Operations for the Future: Diversity for Success

At SIFMA’s 2019 Operations Conference & Exhibition, conversations revolved around the evolving role of the operations professional. A pivotal factor in this maturation: diversity and inclusion.

Attendees and speakers alike agreed that a successful future for the operations industry requires a prominent, consistent and meaningful focus on incorporating diversity and inclusion initiatives at firms. While the keys to achieving this are multifold, a carefully considered and planned hiring strategy is one way to address this.

Staci Sullivan, President of Operations at TD Ameritrade Inc., said her firm is cognizant of the importance of sourcing, growing and developing diverse talent. She advises using the question, “Where are new talent pools we could be recruiting from where people have the attributes we need in the industry?” to help guide your hiring process.

Sullivan explains that in doing so, your prospective pool of candidates is expanded to include those who have the required skillset but may not currently work in the financial services industry.

Investing in and training hiring managers in unconscious bias and the value of diverse teams that offer different styles and varying types of thought leadership is also essential.

cathy bessant at the operations conference & exhibition

Cathy Bessant, Chief Operations and Technology Officer at Bank of America, touched on the importance of diversity and inclusion in the financial services industry.

In fact, when asked about ways to use artificial intelligence in the future, Cathy Bessant, Chief Operations and Technology Officer at Bank of America, said, “I’d like to use AI to eliminate human bias in hiring.” This can happen if we approach AI as a subset of human understanding.

She also commented on the widening gap of technology jobs and those with the skills available to fill those jobs, as there will be 1.5 million unfilled cyber jobs by 2020. “There’s a connection between increasing diversity in technology and filling the gap. We will not be successful unless we can think differently about the composition of our workforce and expand the pie of available candidates.”

At the end of the day, as Olga Naumovich, Managing Director at Goldman, Sachs & Co., pointed out, “Diversity is not just the ethically right approach but also the economically right approach. It allows us to address issues we haven’t even thought of yet.”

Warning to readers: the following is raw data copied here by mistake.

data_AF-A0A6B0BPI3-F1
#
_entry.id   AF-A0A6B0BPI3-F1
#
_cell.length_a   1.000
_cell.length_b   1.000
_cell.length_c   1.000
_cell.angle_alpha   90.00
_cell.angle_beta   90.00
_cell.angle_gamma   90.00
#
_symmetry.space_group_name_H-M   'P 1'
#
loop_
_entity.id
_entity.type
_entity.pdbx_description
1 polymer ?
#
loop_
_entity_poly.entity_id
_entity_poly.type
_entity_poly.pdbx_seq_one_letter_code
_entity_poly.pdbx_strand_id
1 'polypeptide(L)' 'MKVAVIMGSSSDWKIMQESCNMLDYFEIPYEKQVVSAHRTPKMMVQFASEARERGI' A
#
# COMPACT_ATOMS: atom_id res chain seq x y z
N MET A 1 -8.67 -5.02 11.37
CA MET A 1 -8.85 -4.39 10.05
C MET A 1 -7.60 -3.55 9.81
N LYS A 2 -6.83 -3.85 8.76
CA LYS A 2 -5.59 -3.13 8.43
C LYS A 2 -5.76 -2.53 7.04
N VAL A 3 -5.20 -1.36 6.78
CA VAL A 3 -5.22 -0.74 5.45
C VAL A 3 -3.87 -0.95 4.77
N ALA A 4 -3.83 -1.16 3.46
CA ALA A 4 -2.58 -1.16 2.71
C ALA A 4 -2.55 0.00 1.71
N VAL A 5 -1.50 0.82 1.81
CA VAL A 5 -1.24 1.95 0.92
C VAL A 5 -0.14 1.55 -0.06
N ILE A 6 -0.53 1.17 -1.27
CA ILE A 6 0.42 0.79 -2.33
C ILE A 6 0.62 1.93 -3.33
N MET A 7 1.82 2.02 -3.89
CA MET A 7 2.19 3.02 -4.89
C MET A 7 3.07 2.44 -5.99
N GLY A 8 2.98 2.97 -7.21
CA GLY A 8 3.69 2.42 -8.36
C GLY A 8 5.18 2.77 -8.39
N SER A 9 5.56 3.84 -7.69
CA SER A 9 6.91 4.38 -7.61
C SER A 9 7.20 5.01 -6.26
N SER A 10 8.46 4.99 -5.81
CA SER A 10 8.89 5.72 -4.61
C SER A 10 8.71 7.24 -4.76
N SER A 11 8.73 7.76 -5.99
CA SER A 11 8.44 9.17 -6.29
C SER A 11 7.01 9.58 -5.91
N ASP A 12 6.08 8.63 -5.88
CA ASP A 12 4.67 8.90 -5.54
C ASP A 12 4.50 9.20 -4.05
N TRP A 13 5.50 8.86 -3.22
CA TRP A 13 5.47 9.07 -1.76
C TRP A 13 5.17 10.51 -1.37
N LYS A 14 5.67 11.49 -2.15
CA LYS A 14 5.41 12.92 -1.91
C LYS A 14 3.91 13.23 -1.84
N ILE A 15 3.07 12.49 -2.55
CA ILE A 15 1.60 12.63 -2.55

Within the financial sector, women today make up only 2.5% of hedge fund managers, 8% of venture capital partners, 9% of mutual fund managers, and 11.7% of senior private equity professions, according to research by investment advisory firm Bella Research Group and Harvard Business School. Furthermore, asset management firms that are owned by women and minorities are at a staggering 1.1%.

Clearly, there is still much to be accomplished, from a D&I perspective, in the financial services industry. However, firms are working to address these gaps. For one, TD Ameritrade Inc. is investing in Rock The Street, Wall Street, a financial literacy program designed to spark the interest of high school girls into careers of finance. The SIFMA Foundation is also making strides in this area.

Sullivan explains that this external focus, one in which firms consider what they’re “doing as a community and an industry from a financial literary perspective” and how they’re “helping people understand what careers are possible in financial services” is of the utmost importance.

panel at the operations conference & exhibition

The panel, “Operations Leaders on Priorities and Initiatives,” emphasized that a diverse and inclusive environment is essential to the success of the operations industry.

At the same time, an internal focus for firms on what they’re doing “to create a culture of inclusion that’s attracting and retaining diverse talent” is equally vital.

Frederic Crosnier, Head of Global Markets and Investment Banking and Capital Markets Operations at Credit Suisse, acknowledged that one of the biggest challenges for the future of the operations industry is, “How do you make the industry appealing to the next generation?”

The answer is seemingly simple: innovation. Yet, diversity of thought, background and culture are all imperative to innovation.

With constant change as the new norm, for us to succeed, “all ideas need to be brought to the table, as that is how we will continue to get better.”

Ellen Greene is Managing Director, Financial Services Operations for SIFMA.

Interested in learning more about D&I initiatives in the financial services industry? Check out Making Diversity & Inclusion an Intentional Reality and Diversity & Inclusion in Private Wealth: A Continuing Focus

The conversation continues today at SIFMA’s Diversity & Inclusion Conference. Hear from business executives, human resource professionals and diversity practitioners on how we can promote diversity, inclusion and parity to shape our workforce and serve our clients.